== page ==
For more than a century, the womb has been largely considered a sterile environment. Yet even today, with advanced medical technology at hand, researchers cannot come to a consensus over whether the placenta and the amniotic fluid that bathes a fetus are truly germ-free or not.

Some scientists claim to have detected signs of microbial life in fetal samples in recent years. This has led them to argue that the human microbiome – the community of bacteria, fungi, and archaea that live on and within us – is present before birth.

Others disagree. According to a group of researchers from North America, Europe, and the UK, such studies are based on contaminated samples.

The microbes detected in past findings, the authors argue, were unintentionally introduced to the scene, either after vaginal delivery or during a clinical procedure to remove a fetus or samples of its DNA.

The very notion of a fetal microbiome is radical. It flies in the face of basic immunological principles and the very basis behind germ-free mammals, which assumes a fetus develops in a sterile environment.

While it is possible for microbes to pass from mother to fetus by crossing the placenta, these foreign invaders are usually quickly taken care of by the local immune system in the amniotic fluid. When microbes persist here, they tend to cause serious health and developmental issues for the fetus.

"Such disagreement over a fundamental aspect of human biology poses a challenge for scientific progress," lead author Katherine Kennedy, a microbiologist at McMaster University in Canada, and colleagues write.

"Failure to resolve this issue risks diverting finite resources into research that results in no advancement for fetal and maternal health, and misguided attempts to therapeutically modify a non-existent fetal microbiome."

The new paper attempts to clear up some of that confusion by reviewing the findings and methods of previous research, focusing on four recent reports published since 2020.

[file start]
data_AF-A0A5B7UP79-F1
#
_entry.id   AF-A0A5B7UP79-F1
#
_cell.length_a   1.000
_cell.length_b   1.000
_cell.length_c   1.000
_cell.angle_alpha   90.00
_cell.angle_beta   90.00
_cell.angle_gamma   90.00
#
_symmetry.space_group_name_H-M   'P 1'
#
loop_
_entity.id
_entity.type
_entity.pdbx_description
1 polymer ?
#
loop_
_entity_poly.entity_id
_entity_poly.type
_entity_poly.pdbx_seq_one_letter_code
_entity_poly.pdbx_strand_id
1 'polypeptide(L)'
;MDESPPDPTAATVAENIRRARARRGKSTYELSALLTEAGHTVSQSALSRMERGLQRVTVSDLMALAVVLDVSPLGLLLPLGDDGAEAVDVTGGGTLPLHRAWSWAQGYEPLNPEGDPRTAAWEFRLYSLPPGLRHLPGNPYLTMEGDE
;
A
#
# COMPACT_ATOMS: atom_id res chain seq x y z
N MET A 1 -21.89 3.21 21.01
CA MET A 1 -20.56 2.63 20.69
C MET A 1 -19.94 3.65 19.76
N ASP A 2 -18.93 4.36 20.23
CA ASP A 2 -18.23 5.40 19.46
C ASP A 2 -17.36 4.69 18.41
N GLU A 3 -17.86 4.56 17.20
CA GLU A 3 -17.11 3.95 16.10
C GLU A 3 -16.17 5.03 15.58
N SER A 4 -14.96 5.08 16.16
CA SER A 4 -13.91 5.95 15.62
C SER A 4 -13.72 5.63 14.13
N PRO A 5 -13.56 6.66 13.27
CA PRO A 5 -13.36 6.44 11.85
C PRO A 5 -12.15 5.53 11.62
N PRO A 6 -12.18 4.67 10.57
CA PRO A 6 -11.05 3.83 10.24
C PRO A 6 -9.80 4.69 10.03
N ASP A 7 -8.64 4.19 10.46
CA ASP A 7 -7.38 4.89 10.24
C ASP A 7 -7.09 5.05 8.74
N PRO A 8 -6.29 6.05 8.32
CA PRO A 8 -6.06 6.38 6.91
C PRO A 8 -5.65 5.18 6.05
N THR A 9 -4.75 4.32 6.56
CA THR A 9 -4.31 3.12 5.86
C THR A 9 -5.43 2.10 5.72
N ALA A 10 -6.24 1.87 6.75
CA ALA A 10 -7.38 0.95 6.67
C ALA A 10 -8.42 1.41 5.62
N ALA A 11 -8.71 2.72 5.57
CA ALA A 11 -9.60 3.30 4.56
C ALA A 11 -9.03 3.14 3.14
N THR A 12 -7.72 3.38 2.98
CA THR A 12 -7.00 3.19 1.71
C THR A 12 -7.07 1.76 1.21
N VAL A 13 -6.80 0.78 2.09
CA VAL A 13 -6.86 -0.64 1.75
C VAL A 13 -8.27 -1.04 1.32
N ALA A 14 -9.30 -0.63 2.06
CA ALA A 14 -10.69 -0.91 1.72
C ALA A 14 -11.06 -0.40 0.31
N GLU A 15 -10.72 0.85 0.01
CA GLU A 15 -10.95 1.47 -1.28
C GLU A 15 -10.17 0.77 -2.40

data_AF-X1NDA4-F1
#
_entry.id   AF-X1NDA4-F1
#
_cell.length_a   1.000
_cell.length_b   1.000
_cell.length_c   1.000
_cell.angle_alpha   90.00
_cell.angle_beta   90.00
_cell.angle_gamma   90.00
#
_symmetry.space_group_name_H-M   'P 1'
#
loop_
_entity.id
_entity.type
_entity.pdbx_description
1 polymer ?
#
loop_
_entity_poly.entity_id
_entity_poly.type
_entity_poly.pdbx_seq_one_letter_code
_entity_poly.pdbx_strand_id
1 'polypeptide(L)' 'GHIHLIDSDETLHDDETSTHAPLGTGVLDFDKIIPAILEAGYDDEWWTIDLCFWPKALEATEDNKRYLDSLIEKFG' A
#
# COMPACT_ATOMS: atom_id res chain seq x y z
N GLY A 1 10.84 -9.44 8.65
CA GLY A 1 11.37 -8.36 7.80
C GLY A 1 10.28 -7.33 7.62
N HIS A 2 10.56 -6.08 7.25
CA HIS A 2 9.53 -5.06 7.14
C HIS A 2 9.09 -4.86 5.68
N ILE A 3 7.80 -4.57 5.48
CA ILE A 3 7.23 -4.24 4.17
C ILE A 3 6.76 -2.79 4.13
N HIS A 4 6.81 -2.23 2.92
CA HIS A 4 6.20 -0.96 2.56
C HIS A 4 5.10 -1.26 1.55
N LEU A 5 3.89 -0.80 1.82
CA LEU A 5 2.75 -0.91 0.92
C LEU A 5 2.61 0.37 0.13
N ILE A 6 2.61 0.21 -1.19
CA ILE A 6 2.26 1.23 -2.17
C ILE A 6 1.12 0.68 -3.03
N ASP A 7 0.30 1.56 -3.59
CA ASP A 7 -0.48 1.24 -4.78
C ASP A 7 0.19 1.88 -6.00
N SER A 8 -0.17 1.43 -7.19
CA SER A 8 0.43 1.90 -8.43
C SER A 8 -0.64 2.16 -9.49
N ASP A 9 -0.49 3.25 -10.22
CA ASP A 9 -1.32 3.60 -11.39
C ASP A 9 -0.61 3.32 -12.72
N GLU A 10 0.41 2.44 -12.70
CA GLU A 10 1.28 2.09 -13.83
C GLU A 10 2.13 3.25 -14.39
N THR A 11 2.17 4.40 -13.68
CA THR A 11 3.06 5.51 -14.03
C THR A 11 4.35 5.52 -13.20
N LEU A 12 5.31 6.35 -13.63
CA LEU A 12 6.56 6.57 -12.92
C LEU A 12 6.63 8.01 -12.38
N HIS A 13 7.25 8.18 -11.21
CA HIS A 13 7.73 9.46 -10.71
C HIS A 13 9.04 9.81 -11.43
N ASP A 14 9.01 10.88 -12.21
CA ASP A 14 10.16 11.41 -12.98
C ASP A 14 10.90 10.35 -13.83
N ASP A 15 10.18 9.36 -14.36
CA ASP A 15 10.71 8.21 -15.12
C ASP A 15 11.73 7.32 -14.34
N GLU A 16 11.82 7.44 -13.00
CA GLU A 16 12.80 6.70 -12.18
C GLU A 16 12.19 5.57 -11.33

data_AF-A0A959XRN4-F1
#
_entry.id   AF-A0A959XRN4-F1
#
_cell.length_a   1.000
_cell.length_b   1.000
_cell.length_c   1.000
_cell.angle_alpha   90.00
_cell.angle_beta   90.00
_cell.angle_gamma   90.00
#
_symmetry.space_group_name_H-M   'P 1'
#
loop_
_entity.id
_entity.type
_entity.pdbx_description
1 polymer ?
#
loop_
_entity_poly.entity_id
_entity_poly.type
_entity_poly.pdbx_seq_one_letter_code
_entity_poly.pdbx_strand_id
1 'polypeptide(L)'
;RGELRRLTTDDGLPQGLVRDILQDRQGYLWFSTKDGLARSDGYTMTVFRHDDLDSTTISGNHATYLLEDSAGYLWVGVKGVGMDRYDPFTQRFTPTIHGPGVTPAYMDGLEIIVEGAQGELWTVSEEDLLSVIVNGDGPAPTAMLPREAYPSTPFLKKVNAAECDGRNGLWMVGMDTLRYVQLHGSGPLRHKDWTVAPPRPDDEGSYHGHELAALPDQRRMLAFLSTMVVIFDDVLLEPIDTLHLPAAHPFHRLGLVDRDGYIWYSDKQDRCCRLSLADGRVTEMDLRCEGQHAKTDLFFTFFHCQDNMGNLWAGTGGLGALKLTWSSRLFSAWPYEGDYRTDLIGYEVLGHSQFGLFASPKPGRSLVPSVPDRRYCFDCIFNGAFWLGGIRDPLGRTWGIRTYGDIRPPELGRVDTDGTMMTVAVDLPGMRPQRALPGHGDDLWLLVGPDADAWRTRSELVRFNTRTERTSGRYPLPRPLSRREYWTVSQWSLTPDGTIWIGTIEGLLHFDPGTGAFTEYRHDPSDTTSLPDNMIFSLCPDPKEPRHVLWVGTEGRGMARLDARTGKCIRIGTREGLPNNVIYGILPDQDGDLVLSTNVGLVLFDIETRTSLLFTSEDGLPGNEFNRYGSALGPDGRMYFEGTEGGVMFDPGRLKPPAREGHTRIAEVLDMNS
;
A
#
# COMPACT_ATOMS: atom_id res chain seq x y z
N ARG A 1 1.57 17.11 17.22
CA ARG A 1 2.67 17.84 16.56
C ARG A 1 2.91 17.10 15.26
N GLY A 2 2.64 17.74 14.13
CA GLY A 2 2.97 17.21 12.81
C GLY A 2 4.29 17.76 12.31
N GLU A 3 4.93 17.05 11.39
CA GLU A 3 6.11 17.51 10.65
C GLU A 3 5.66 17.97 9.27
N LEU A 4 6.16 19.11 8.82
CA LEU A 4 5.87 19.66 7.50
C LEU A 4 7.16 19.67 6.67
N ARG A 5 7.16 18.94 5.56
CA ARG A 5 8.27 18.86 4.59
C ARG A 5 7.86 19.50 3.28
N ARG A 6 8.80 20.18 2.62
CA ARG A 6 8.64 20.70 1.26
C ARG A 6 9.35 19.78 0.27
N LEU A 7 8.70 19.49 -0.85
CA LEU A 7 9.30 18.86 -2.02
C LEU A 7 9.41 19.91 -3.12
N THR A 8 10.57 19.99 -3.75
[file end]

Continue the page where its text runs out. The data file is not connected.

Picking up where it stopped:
By directly examining the microbiology of the human fetus, the selected studies uncovered subtle signs of potential microbial inhabitation. Half of the reports detected viable, low-density microbial populations in the fetus, while the other two detected only the metabolic byproducts of microbes, or traces of bacteria often found on skin.

Collecting fetal samples without introducing microbes is tricky work, and in some of these past studies, Kennedy and colleagues argue, critical controls were conspicuously missing.

Two of the papers mentioned above collected samples after the fetus was vaginally delivered. Another collected samples following birth by C-section. Each of these routes from the body can introduce the fetus to microbes from the mother's own microflora and nearby surroundings. And yet only the C-section study – of which Kennedy was a lead author – accounted for that exposure.

In the two studies that claimed microbes had colonized the fetus, every single genus of microbe detected was also found at varying levels in most control samples from other research.

"The omission of vaginal controls… to determine the microbiota of vaginally delivered fetuses is a considerable limitation that casts doubt on the authors' conclusion that the microorganisms originate from the womb," the new paper warns.

What's more, other researchers not involved in the analysis have pointed out that microbial colonization and a consistent microbiome are fundamentally different.

"The available work so far suggests it is certainly possible that microbes are in the in utero environment, but I believe at best these microbes come from somewhere else in the body and are not native to the in utero environment," microbiologist Suzanne Devkota from the University of California, Los Angeles wrote in a recent commentary.

"It's hard for me to reconcile these human studies proposing a placental microbiome with the fact that germ-free animals exist."

Besides, even if a small number of microbes really do colonize the fetus before birth, how does the developing immune system stop those contaminants from taking advantage of the new life form? And how do immune cells know which microbes to let in and which to kick out in the first place?

"[F]rom a clinical perspective, most interpretations brought forward in recent publications with regard to the presence of microorganisms in fetuses seem to be biologically difficult to reconcile, as it is highly plausible that they would result in harm to or death of the fetus," Kennedy and colleagues conclude.

"Through multiple angles of explanatory considerations, we conclude that the evidence is strongly in favor of the 'sterile womb' hypothesis."

The study was published in Nature.